Despite the absence of any limiting language in § 642(c)(1), Defendant argues for a strained construction, and holds tight to the "familiar rule that an income tax deduction is a matter of legislative grace and that the burden of clearly showing the right to the claimed deduction is on the taxpayer." INDOPCO Inc. v. Comm'r, 503 U.S. 79, 84 (1992) (quoting Interstate Transit Lines v. Comm'r, 319 U.S. 590, 593 (1943) (internal quotations omitted)).
However, the District Court finds that the unique nature of the charitable deduction provisions serve to offset this rule, noting:
The Sixth Circuit addressed this distinction in Weingarden v. Comm'r, 825 F.2d 1027 (6th Cir. 1987), acknowledging that generally statutes imposing a tax are construed liberally, in favor of the taxpayer, while statutes allowing deductions and exemptions are strictly interpreted, being "matters of legislative grace." Id. at 1029 (citing Porter v. Comm'r, 288 U.S. 436, 442 (1933) and I. R. Mertens, Law of Federal Income Taxation §§ 3.05, 3.07 (1986) (internal quotations omitted)). However, and of particular importance here, Weingarden went further to distinguish statutes regarding charitable deductions, stating they are not matters of legislative grace, but rather "expression[s] of public policy." Weingarden, 825 F.2d at 1029 (citing Helvering v. Bliss, 293 U.S. 144, 150-51 (1934) (further citations omitted, internal quotations omitted)). As such,"[p]rovisions regarding charitable deductions should . . . be liberally construed in favor of the taxpayer." Id. (citingHartwick Coll. v. United States, 801 F.2d 608, 615 (2d Cir. 1986)). Thus, even if the language of the statute were unclear, a liberal construction in favor of the taxpayer would be appropriate.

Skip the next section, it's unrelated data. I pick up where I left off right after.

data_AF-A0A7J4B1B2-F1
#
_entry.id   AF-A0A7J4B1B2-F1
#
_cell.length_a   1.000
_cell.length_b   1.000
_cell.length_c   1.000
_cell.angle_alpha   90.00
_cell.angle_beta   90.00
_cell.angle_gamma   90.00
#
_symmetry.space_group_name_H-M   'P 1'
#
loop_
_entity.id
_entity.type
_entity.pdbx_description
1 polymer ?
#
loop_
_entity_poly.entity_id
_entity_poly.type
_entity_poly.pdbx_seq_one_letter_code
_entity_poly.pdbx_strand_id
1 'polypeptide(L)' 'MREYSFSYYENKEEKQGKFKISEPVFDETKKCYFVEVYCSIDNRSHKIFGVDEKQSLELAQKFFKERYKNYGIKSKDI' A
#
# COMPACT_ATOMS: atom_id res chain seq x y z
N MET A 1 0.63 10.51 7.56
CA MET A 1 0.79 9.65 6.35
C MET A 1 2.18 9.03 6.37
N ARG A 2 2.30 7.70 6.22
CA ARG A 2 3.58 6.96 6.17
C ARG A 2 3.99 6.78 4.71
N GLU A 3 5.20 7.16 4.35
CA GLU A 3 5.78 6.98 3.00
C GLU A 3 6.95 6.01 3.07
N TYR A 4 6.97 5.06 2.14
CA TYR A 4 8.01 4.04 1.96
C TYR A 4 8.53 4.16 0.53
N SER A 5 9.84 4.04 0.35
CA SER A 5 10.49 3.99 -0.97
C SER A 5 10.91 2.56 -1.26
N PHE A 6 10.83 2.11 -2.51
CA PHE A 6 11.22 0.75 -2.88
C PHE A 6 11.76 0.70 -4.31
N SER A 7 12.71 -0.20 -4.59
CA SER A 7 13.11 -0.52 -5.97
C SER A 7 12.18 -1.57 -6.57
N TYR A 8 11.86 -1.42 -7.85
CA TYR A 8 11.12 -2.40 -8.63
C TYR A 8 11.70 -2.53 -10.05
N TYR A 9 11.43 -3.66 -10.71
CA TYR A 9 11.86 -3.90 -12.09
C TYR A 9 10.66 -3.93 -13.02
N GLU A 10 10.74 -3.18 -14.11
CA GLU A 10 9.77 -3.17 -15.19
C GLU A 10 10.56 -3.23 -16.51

A key issue here is the gross income requirement found in §642(c). The Court looked to this by looking at the source of funds used to purchase the property in this case as the test. It holds:
However, Defendant also contends that for the Donated Properties to qualify as charitable deductions under§ 642(c)(1), they must be "sourced from and traceable to a trust's gross income." See Defendant's Motion [Doc. No. 38] at 13 (citing 26 U.S.C. § 642(c)(1) and Crestar Bank v. I.R.S., 47 F. Supp. 2d 670 (E.D. Va. 1999) (emphasis added)). The parties agree that the requirements necessary to qualify as a deduction under § 642(c)(1) include that the donation be traceable to gross income. See infra note 16. The Court concurs, and finds there is no real question here regarding the type of income used to purchase the Donated Properties. The properties were all purchased with distributions from Hob-Lob to the Trust. Each distribution was part of GDT's gross income for the year in which it was distributed. Therefore, the Donated Properties were purchased with an amount of the Trust's gross income.